Tuesday, January 03, 2012

Geothermal is not renewable

You can group geothermal plants into two types:
  • The kind that pump water underground and take steam or hot high pressure water out.
  • The kind that drill holes in the ground and use conduction to get heat out.
Admittedly, I don't know a great deal about geothermal systems, but I do understand heat flow reasonably well. And geothermal systems are all about heat flow. Here are the problems that I see:

Conduction is an impractical way to move utility-scale amounts of heat through anything but the thin walls of a heat exchanger. For instance, ground temperatures typically rise about 3 C for every 100 meters you go underground. Ground conductivity is about 1.5 watts/meter/kelvin. Multiply those two and get 45 kW/km^2. Remember that utility-scale power means you need hundreds of megawatts of heat. Bottom line: geothermal isn't renewable. It works by cooling down some chunk of rock in place, rather than by converting heat that rises from the earth's core.

You might think that a big hunk of rock can provide a lot of heat for a very long time. For instance, a cubic kilometer of granite, cooling 30 C, provides 2 gigawatt-years of heat. Figure 20% of that gets converted to electricity. Over 30 years, that cubic kilometer of granite will run a 13 megawatt power plant. We're going to need dozens of cubic kilometers.

You might think that dozens of cubic kilometers would be cheap. Ranch land out in Idaho goes for $360,000/km^2. Assuming you can suck the heat out of a vertical kilometer of rock, the 13 megawatts from that ground are going to bring you a present value of $90 million. Sounds great!

But wait... before you get started, you are going to have to shatter that cubic kilometer of rock so you can pump water through it to pick up the heat. The hydrofracking folks have learned quite a lot about getting fluid out of tight underground formations. I think the useful comparison to make is the value of the fluid extracted. Oil is worth $100/barrel right now, which is $850/m^3. Water from which we will extract 30 C of heat to make electricity at 4 cents a kilowatt-hour at 20% efficiency is worth 28 cents/m^3, ignoring the cost of capital to convert the heat to electricity. There is a factor of 3000 difference in the value of that fluid. Now hydrofracking rocks for heat doesn't have to be as thorough as hydrofracking them for oil, since you can count on ground conduction to do some work for you. But I don't think the difference is going to save a factor of 3000 in the fracking cost.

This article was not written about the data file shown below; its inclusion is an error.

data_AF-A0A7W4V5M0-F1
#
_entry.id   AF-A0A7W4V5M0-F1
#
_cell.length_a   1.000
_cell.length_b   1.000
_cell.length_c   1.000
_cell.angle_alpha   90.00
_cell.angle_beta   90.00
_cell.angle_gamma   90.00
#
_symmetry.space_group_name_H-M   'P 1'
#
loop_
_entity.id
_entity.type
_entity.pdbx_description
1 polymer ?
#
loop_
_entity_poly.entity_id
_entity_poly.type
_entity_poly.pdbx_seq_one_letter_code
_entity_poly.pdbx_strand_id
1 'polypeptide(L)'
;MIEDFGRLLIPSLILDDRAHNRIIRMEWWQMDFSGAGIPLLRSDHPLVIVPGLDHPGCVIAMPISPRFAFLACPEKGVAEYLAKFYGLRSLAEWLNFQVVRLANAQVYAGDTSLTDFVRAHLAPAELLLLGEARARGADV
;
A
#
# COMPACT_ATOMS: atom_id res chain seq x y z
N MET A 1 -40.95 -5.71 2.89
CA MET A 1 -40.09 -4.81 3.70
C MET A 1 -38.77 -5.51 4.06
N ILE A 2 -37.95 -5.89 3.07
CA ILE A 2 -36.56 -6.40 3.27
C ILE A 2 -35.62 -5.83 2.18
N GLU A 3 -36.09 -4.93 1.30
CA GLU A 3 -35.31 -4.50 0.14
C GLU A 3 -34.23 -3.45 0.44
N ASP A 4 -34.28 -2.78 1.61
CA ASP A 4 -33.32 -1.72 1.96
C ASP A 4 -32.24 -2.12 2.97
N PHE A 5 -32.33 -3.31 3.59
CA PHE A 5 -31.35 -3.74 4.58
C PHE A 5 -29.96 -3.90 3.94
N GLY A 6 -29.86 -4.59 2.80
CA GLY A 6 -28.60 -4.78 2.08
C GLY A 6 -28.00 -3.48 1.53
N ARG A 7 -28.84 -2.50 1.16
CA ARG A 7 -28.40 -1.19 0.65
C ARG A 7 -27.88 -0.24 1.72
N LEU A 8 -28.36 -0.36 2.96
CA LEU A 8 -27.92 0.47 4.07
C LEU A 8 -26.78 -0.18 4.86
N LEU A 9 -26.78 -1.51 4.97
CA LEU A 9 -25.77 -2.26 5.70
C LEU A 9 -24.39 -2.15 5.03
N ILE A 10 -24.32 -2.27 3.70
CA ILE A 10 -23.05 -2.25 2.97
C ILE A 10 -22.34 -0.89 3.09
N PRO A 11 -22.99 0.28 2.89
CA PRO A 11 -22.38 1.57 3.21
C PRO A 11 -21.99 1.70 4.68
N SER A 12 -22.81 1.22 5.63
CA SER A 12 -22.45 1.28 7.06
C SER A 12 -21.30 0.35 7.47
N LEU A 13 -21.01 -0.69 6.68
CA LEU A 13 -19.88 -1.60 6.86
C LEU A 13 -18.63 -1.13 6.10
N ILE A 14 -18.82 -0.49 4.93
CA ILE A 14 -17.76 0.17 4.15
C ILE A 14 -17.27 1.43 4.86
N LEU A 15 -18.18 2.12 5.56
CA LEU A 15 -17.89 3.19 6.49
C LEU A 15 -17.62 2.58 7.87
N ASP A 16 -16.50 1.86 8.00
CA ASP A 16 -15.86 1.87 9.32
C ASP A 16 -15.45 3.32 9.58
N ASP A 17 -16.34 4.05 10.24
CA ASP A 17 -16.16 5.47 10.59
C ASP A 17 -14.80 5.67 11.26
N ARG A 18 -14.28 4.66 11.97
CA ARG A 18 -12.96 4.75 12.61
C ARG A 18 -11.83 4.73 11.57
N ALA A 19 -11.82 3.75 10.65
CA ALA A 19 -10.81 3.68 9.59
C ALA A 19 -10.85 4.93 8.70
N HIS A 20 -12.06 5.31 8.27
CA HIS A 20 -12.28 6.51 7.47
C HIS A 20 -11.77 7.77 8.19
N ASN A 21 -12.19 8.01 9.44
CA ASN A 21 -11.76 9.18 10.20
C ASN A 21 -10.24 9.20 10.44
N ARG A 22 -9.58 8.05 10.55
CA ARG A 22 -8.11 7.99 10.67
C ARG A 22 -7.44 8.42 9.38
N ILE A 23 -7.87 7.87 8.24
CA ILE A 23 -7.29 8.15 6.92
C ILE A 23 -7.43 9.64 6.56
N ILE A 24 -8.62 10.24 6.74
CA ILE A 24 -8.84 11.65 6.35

So, that means geothermal is going to be confined to places where the rock is already porous enough to pump water through. Like the Geysers in Northern California, which is a set of successful gigawatt geothermal plants. I think it's interesting that the output has been declining since 1987.

The problem is thought to be partial depletion of the local aquifer that supplies the steam, because steam temperatures have gone up as steam pressures have dropped. This sounds right to me, but I'll point out that the water in the aquifer is probably sitting in a zone of relatively cool rock which has hotter rock above it. As the aquifer has drained, the steam has to travel through more rock, causing more pressure drop, and thus less steam transport. Where water used to contact rock, steam does now, pulling less heat from the rock, so that the rock face heats up from conduction from hotter impermeable areas.

Wait... how did cool rock end up under hotter rock? The 150 or so gigawatt-years of heat that have been pulled out of the 78 km^2 area over the last 50 years have probably cooled a kilometer stack of rock by about 30 C (or maybe a thinner layer of rock by a larger temperature swing). I'm not at all convinced by the USGS claim that the heat source is the magma chamber 7km down. Assuming the magma surface is at 1250 C (the melting point of granite) and the permeable greywacke is at 230 C, a 78 km^2 area 6 km thick will conduct about 20 megawatts, an insignificant fraction of the energy being taken out.

Refilling the aquifer will help pull heat out of the shallower rock, but that's not going to last decades. To keep going longer they'll need to pull heat from deeper rock, and that's going to require hydrofracking the deeper greywacke.

And that's expensive.